Cleaning House vs. Opening the Door: How to Manage Your Roster of Content Writers
When marketing agencies decide to hire content writers, they have a choice between recruiting a large pool of available writers to have on hand or cultivating a small, specialized group of writers. While each approach has its benefits and drawbacks, one may work better for your particular agency than the other. Content marketing simply doesn’t work with a “one size fits all” approach, so figuring out how deep you want to roll is a key part of putting an efficient, high-quality content creation and delivery system in place.
Casting a Wide Net: Pros and Cons to the Cattle Call Approach
If you’re just beginning to curate a group of content writers to use for your projects, you should probably cast your net as wide as possible in order to ensure that each assignment gets picked up and completed quickly. Some agencies choose to use a combination of approaches, from combing Craigslist to using a third party platform, but no matter which method you choose, you’ll eventually need to screen and vet the writers you decide to work with. Third party platforms do much of this screening work for you, so you can easily have a group of 50-100 writers on call who are all the same general quality and price range.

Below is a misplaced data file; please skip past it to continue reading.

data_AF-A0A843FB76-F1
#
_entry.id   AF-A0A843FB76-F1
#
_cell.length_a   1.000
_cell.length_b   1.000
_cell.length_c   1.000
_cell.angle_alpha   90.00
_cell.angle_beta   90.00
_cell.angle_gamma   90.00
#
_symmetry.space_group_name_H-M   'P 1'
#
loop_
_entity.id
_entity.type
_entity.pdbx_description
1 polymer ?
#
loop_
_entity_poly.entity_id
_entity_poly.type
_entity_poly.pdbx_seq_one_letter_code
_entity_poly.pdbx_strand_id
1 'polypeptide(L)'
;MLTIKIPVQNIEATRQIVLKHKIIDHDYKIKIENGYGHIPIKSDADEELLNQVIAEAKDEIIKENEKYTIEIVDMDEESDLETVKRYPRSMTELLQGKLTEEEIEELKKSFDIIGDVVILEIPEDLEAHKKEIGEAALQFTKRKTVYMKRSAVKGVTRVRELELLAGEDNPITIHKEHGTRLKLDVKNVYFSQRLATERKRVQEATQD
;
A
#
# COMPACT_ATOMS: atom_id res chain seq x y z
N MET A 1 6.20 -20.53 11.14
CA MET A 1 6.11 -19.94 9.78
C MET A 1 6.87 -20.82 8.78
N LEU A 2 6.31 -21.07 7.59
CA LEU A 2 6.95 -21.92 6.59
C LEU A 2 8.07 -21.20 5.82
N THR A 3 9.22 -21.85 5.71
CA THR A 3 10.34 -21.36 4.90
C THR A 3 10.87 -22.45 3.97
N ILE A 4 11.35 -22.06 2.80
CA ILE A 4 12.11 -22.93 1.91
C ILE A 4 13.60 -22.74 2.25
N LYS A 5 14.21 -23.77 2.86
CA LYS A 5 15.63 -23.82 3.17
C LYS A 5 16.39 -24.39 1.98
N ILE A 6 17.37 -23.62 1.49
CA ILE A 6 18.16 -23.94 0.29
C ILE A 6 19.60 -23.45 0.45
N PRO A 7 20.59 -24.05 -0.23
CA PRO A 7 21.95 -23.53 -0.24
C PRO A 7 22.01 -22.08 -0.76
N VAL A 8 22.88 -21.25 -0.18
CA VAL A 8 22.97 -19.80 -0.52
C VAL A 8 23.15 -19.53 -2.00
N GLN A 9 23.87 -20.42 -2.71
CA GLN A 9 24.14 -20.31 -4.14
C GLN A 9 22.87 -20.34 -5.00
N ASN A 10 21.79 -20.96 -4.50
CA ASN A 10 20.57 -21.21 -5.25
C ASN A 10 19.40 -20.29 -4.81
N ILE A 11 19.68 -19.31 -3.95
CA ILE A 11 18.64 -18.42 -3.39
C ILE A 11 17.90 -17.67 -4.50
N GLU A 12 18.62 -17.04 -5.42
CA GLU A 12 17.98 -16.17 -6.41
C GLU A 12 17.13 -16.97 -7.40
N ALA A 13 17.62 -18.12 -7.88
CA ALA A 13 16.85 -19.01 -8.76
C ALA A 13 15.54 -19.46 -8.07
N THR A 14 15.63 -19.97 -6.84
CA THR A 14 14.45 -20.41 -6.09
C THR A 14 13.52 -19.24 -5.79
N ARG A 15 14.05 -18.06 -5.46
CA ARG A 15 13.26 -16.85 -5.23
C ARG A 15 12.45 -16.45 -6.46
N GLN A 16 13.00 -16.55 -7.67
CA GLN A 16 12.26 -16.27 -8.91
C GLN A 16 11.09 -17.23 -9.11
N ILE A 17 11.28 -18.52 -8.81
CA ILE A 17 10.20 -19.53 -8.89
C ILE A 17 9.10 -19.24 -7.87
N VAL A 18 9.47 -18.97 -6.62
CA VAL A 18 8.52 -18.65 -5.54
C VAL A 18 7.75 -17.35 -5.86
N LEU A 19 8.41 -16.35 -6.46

The benefits of posting your work to a large group means that the assignment will typically get picked up quickly since writers are eager to stand out from the pack. On the other hand, some writers may be less interested in your offerings if they assume another writer will pick it up and respond better to feeling like they’re part of your elite team of hand selected writers.
Lean, Mean Content Machine
Once you’ve had several writing projects completed by your team of content writers, you can take a look at the quality of the work being produced and consider winnowing down your list to the few writers who really seem to “get it.” Many business leaders advocate creating a strong workplace culture that attracts the type of “rockstar employees” that are right for your business. This means being totally transparent about your needs, recognizing and celebrating when your employees do the right thing, and being unafraid to let go of those who aren’t aligned with your company’s culture. In other words, if you’re finding yourself constantly going back and forth with a writer over revisions and feeling like you have to do too much editorial prodding to get the voice and style your agency needs, then it might be time to let that writer go so you can both find better matches in the future.
Keeping a smaller crew of available writers means that your assignments may sit a bit longer, but by cultivating the talents of a “happy few,” you stand to build relationships with writers and work with their capacities to get your content written right the first time around.
Caitlin C is a freelance writer available on WriterAccess, a marketplace where clients and expert writers connect for assignments.